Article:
12. About 90 % of the world ‘s currency is digital.
I don’t know anything about you, but I almost never have cash!
Among credit cards, debit cards, direct deposits, and internet transactions, only around 8 percent of the world’s currency remain physical income.
13. Before 2010, carrier pigeons had become quicker than the internet.
When comparing upload rates, a test was conducted to fly a carrier pigeon with a 50-mile USB stick to an internet provider when racing against an internet upload.
The pigeon did so in just over an hour, although the upload took two hours.
14. Per iPhone commercial has a time of 9:41 fixed.
This is when Steve Jobs announced the iPhone for the first time in 2007.
The 41-minute demonstration leading up to the first iPhone was perfectly designed.
And the first screenshot of the iPhone revealed the time at 9:41.
15. Many of today’s popular businesses started off in the garages.
Right, apart from Apple, most big name businesses started out with modest beginnings.
HP, Google, and Microsoft were both started in the garage.
16. Most internet traffic isn’t from real persons.
About 51% of internet traffic is non-human. Over 30% is from hacking programs, spammers, and phishing.
Be careful with your computer security!
17. There is also artificial intelligence capable of anticipating epidemics.
Artificial intelligence (87% accuracy) has been developed to assess outbreaks of disease, such as dengue fever.
It is hoped that this technology can be able to forecast outbreaks of more dangerous diseases such as Ebola and Zika.
18. Google is consuming the same amount of electricity as 200,000 households.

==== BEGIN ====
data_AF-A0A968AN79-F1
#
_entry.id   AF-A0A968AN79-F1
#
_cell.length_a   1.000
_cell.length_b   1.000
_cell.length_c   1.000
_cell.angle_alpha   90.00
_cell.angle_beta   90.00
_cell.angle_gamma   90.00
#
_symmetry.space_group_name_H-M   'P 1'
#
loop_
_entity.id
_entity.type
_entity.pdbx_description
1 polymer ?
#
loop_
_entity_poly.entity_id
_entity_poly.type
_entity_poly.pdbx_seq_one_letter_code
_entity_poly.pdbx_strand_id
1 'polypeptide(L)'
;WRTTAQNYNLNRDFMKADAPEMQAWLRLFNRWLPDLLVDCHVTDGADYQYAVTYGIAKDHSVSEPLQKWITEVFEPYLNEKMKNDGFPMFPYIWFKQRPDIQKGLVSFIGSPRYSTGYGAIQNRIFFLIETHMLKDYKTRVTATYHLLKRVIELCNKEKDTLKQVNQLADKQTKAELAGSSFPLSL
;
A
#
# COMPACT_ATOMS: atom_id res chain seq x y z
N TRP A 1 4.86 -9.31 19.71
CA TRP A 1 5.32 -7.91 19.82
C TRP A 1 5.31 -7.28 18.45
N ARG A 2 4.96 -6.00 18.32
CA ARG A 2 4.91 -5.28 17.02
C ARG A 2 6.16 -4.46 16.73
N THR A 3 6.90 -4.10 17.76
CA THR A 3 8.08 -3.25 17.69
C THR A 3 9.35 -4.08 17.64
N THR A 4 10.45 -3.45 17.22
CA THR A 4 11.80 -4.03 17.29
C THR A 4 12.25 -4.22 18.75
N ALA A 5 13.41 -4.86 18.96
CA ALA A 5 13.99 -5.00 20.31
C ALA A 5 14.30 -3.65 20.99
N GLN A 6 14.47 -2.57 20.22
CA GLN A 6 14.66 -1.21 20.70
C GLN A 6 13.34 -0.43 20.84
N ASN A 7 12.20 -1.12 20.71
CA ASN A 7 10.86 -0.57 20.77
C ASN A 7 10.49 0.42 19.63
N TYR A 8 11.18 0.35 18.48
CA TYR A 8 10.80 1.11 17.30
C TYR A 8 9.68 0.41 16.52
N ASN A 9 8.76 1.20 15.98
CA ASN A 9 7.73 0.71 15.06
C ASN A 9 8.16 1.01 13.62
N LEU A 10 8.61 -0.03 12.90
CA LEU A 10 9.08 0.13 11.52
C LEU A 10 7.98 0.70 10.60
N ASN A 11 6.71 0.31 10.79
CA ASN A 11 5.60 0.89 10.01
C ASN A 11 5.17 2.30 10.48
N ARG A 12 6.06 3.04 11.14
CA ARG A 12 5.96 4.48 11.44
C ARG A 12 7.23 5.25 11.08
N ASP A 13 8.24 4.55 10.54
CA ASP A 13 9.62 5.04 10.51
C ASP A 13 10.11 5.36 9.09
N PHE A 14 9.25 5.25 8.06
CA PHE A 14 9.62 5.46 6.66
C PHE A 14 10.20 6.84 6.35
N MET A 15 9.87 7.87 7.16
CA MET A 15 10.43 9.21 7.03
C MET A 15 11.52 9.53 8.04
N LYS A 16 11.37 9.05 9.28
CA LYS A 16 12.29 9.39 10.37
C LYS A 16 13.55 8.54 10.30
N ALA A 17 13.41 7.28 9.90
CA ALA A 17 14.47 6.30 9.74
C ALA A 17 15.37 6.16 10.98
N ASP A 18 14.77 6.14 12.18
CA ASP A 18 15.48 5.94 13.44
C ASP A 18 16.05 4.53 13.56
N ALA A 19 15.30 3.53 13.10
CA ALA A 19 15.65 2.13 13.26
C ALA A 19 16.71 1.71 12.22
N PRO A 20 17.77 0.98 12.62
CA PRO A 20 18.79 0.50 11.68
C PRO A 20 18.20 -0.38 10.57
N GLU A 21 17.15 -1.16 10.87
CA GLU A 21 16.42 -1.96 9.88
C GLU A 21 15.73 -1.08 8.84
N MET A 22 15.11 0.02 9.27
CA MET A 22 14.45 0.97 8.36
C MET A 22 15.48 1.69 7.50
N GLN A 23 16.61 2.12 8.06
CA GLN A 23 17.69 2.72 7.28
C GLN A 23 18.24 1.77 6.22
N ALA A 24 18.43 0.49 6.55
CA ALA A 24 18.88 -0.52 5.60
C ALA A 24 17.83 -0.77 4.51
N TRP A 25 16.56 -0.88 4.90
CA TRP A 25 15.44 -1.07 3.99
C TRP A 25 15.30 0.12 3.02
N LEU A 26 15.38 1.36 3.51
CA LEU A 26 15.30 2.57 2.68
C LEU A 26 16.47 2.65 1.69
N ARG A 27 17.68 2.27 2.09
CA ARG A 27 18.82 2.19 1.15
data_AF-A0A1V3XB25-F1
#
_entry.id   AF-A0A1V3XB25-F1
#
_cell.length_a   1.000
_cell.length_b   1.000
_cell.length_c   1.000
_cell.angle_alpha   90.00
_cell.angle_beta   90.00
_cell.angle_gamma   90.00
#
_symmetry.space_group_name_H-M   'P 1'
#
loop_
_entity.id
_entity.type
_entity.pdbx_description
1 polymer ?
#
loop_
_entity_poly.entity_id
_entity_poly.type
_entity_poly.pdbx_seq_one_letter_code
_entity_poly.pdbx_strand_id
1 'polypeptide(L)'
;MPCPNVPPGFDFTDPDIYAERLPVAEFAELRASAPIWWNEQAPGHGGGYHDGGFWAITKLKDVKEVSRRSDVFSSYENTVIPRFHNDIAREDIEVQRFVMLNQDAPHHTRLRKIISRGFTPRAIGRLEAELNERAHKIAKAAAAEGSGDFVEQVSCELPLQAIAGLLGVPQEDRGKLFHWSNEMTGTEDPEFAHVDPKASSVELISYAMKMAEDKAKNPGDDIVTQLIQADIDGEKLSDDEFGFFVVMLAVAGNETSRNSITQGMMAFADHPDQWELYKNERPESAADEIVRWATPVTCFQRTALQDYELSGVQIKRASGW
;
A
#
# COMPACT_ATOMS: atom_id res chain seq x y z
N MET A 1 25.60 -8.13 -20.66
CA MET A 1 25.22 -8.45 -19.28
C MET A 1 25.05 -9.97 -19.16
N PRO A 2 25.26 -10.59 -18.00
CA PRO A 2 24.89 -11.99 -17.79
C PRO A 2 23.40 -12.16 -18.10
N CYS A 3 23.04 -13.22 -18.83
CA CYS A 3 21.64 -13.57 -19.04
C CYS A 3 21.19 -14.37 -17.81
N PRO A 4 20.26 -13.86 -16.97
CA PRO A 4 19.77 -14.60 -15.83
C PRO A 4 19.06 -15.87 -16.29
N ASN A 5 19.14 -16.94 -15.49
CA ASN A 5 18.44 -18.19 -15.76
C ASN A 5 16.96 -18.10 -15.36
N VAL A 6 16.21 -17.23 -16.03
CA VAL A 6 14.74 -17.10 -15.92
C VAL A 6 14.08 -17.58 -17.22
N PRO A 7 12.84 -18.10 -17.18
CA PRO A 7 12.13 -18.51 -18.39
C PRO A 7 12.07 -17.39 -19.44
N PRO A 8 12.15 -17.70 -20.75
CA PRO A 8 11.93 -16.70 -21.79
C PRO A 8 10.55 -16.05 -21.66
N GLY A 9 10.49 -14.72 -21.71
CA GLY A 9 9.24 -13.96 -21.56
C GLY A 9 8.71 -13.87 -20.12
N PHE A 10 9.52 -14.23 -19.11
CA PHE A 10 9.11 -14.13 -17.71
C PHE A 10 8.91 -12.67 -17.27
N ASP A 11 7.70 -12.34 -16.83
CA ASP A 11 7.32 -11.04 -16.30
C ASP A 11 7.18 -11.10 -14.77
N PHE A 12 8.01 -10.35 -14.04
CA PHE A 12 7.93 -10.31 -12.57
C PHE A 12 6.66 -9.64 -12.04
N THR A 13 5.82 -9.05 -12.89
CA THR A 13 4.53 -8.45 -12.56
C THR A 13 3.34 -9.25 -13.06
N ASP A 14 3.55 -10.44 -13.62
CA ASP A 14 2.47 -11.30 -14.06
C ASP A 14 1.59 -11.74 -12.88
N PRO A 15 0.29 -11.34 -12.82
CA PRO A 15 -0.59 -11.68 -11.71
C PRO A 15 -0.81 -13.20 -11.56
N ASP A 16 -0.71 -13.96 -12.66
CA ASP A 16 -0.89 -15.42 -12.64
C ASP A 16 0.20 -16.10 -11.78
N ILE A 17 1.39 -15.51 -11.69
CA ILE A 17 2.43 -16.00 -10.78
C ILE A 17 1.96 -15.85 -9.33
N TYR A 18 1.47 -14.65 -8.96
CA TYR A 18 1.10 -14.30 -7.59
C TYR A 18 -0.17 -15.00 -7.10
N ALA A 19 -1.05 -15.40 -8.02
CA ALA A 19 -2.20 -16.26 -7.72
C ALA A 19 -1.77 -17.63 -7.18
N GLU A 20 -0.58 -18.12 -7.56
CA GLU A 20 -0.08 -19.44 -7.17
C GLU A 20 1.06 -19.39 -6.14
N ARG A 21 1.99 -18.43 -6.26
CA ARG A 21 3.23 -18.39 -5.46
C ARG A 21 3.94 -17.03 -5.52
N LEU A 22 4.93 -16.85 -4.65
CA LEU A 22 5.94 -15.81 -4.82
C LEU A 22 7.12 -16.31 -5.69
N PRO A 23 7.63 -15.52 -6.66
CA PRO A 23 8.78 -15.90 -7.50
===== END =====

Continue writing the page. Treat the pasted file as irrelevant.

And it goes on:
Not unexpectedly, this tech powerhouse needs a lot of power!
That’s around 0.013 per cent of the world’s energy consumption.
And while not all of their electricity comes from wind and solar, they buy carbon offsets that leave them with no carbon footprint!
19. There are just 21 million bitcoins in total that can be mined.
You ‘d imagine that, since it’s a digital currency, the number of bitcoins available will be infinite.
However, if that were the case, it would devalue the currency and make it useless.
20. Email existed before the world wide web
You usually don’t really care about it before writing and submitting a one-line email message. But it wasn’t always that convenient. You will see a fascinating clip on YouTube: “How to submit an Email – Database – 1984.” This came from a tech TV show called Database, and the presenters showed what it took to send an email back in those days.
You had to use a computer and a rotary phone to connect to a service called Micronet. This was pre-WWW, but there were no URLs, just a numbered webpage. The number of the website was 7776 for emails.
21. In 1956, 5 megabytes (5MB) of data weighed a ton
It was 1956 that IBM introduced RAMAC, the first computer with anything like a hard disk we’re using today.
By hard disk, we mean anything that used magnetic disks – a moving head was used to read and write that data. At the time, it was considered a huge jump in mass storage technologies because it required a change from punch cards and magnetic tape (which stored data sequentially) to randomly accessible hard drives.
RAMAC itself reflected the Random Access System in Accounting & Control. The entire cabinet weighed more than 1000 kg and the 5MP data was scattered over 50 wide aluminum disks, covered with magnetic iron oxide. The disks spun at a speed of 1200 rpm and the computers were rented back in the day for $3,200 per month.